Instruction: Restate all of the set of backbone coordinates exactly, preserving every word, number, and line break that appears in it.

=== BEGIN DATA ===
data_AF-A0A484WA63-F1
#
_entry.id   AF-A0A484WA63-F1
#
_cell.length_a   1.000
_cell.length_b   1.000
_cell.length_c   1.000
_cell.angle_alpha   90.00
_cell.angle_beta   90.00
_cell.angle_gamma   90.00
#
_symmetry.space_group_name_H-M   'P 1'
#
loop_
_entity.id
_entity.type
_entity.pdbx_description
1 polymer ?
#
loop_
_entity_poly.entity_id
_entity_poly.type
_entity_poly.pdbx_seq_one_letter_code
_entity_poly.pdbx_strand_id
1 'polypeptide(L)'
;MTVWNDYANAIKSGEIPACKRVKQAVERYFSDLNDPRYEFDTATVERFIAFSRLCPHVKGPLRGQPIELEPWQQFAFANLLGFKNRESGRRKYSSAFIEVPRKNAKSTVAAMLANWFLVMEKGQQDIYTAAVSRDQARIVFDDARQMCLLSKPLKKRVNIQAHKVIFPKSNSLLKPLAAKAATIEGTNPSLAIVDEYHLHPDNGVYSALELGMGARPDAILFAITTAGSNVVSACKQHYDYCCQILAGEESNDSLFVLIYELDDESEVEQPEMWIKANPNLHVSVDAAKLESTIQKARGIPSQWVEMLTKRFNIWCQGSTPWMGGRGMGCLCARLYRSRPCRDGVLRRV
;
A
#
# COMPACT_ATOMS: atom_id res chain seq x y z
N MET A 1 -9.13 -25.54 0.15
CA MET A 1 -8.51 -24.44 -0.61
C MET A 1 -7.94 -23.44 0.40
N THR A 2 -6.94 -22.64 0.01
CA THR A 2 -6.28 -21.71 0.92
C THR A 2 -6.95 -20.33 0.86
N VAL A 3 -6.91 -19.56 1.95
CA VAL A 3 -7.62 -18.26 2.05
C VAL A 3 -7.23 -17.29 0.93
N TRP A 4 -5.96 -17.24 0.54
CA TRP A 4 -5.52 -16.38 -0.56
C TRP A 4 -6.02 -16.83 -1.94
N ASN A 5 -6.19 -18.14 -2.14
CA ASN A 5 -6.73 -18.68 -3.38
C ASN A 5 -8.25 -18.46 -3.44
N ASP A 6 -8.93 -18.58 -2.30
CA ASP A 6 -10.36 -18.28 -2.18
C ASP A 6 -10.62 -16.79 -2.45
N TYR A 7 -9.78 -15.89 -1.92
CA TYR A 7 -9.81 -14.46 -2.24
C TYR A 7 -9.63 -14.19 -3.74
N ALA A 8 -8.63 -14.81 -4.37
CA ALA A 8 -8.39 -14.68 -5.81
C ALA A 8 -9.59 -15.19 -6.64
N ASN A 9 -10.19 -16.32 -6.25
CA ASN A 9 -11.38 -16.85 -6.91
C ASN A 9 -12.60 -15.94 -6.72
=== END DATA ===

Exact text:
data_AF-A0A484WA63-F1
#
_entry.id   AF-A0A484WA63-F1
#
_cell.length_a   1.000
_cell.length_b   1.000
_cell.length_c   1.000
_cell.angle_alpha   90.00
_cell.angle_beta   90.00
_cell.angle_gamma   90.00
#
_symmetry.space_group_name_H-M   'P 1'
#
loop_
_entity.id
_entity.type
_entity.pdbx_description
1 polymer ?
#
loop_
_entity_poly.entity_id
_entity_poly.type
_entity_poly.pdbx_seq_one_letter_code
_entity_poly.pdbx_strand_id
1 'polypeptide(L)'
;MTVWNDYANAIKSGEIPACKRVKQAVERYFSDLNDPRYEFDTATVERFIAFSRLCPHVKGPLRGQPIELEPWQQFAFANLLGFKNRESGRRKYSSAFIEVPRKNAKSTVAAMLANWFLVMEKGQQDIYTAAVSRDQARIVFDDARQMCLLSKPLKKRVNIQAHKVIFPKSNSLLKPLAAKAATIEGTNPSLAIVDEYHLHPDNGVYSALELGMGARPDAILFAITTAGSNVVSACKQHYDYCCQILAGEESNDSLFVLIYELDDESEVEQPEMWIKANPNLHVSVDAAKLESTIQKARGIPSQWVEMLTKRFNIWCQGSTPWMGGRGMGCLCARLYRSRPCRDGVLRRV
;
A
#
# COMPACT_ATOMS: atom_id res chain seq x y z
N MET A 1 -9.13 -25.54 0.15
CA MET A 1 -8.51 -24.44 -0.61
C MET A 1 -7.94 -23.44 0.40
N THR A 2 -6.94 -22.64 0.01
CA THR A 2 -6.28 -21.71 0.92
C THR A 2 -6.95 -20.33 0.86
N VAL A 3 -6.91 -19.56 1.95
CA VAL A 3 -7.62 -18.26 2.05
C VAL A 3 -7.23 -17.29 0.93
N TRP A 4 -5.96 -17.24 0.54
CA TRP A 4 -5.52 -16.38 -0.56
C TRP A 4 -6.02 -16.83 -1.94
N ASN A 5 -6.19 -18.14 -2.14
CA ASN A 5 -6.73 -18.68 -3.38
C ASN A 5 -8.25 -18.46 -3.44
N ASP A 6 -8.93 -18.58 -2.30
CA ASP A 6 -10.36 -18.28 -2.18
C ASP A 6 -10.62 -16.79 -2.45
N TYR A 7 -9.78 -15.89 -1.92
CA TYR A 7 -9.81 -14.46 -2.24
C TYR A 7 -9.63 -14.19 -3.74
N ALA A 8 -8.63 -14.81 -4.37
CA ALA A 8 -8.39 -14.68 -5.81
C ALA A 8 -9.59 -15.19 -6.64
N ASN A 9 -10.19 -16.32 -6.25
CA ASN A 9 -11.38 -16.85 -6.91
C ASN A 9 -12.60 -15.94 -6.72